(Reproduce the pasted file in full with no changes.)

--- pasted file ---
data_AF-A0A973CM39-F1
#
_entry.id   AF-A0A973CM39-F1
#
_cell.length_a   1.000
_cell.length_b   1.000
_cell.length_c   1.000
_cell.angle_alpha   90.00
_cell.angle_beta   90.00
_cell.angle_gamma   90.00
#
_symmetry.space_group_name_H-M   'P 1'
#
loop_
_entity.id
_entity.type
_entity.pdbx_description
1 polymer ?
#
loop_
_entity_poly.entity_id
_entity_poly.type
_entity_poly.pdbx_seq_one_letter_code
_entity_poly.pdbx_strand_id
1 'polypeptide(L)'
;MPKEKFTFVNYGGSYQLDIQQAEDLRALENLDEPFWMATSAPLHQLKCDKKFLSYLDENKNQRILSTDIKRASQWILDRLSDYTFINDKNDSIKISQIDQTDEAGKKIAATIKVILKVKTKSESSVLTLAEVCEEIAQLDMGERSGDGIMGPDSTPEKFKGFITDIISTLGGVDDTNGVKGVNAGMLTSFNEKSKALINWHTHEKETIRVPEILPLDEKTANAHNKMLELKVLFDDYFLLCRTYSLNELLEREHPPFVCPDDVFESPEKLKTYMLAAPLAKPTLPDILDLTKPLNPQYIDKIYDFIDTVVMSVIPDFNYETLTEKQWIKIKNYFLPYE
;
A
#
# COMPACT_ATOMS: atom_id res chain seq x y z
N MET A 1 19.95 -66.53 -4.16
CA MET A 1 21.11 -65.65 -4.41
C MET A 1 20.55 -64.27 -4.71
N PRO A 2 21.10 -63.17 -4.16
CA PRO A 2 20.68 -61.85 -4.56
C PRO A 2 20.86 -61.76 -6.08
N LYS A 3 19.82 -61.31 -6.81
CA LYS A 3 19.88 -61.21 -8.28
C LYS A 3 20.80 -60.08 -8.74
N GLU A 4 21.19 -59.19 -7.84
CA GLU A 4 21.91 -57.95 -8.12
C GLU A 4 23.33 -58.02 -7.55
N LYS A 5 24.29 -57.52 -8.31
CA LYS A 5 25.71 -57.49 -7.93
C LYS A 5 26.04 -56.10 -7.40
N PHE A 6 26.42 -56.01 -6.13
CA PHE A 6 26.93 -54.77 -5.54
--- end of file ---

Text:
data_AF-A0A973CM39-F1
#
_entry.id   AF-A0A973CM39-F1
#
_cell.length_a   1.000
_cell.length_b   1.000
_cell.length_c   1.000
_cell.angle_alpha   90.00
_cell.angle_beta   90.00
_cell.angle_gamma   90.00
#
_symmetry.space_group_name_H-M   'P 1'
#
loop_
_entity.id
_entity.type
_entity.pdbx_description
1 polymer ?
#
loop_
_entity_poly.entity_id
_entity_poly.type
_entity_poly.pdbx_seq_one_letter_code
_entity_poly.pdbx_strand_id
1 'polypeptide(L)'
;MPKEKFTFVNYGGSYQLDIQQAEDLRALENLDEPFWMATSAPLHQLKCDKKFLSYLDENKNQRILSTDIKRASQWILDRLSDYTFINDKNDSIKISQIDQTDEAGKKIAATIKVILKVKTKSESSVLTLAEVCEEIAQLDMGERSGDGIMGPDSTPEKFKGFITDIISTLGGVDDTNGVKGVNAGMLTSFNEKSKALINWHTHEKETIRVPEILPLDEKTANAHNKMLELKVLFDDYFLLCRTYSLNELLEREHPPFVCPDDVFESPEKLKTYMLAAPLAKPTLPDILDLTKPLNPQYIDKIYDFIDTVVMSVIPDFNYETLTEKQWIKIKNYFLPYE
;
A
#
# COMPACT_ATOMS: atom_id res chain seq x y z
N MET A 1 19.95 -66.53 -4.16
CA MET A 1 21.11 -65.65 -4.41
C MET A 1 20.55 -64.27 -4.71
N PRO A 2 21.10 -63.17 -4.16
CA PRO A 2 20.68 -61.85 -4.56
C PRO A 2 20.86 -61.76 -6.08
N LYS A 3 19.82 -61.31 -6.81
CA LYS A 3 19.88 -61.21 -8.28
C LYS A 3 20.80 -60.08 -8.74
N GLU A 4 21.19 -59.19 -7.84
CA GLU A 4 21.91 -57.95 -8.12
C GLU A 4 23.33 -58.02 -7.55
N LYS A 5 24.29 -57.52 -8.31
CA LYS A 5 25.71 -57.49 -7.93
C LYS A 5 26.04 -56.10 -7.40
N PHE A 6 26.42 -56.01 -6.13
CA PHE A 6 26.93 -54.77 -5.54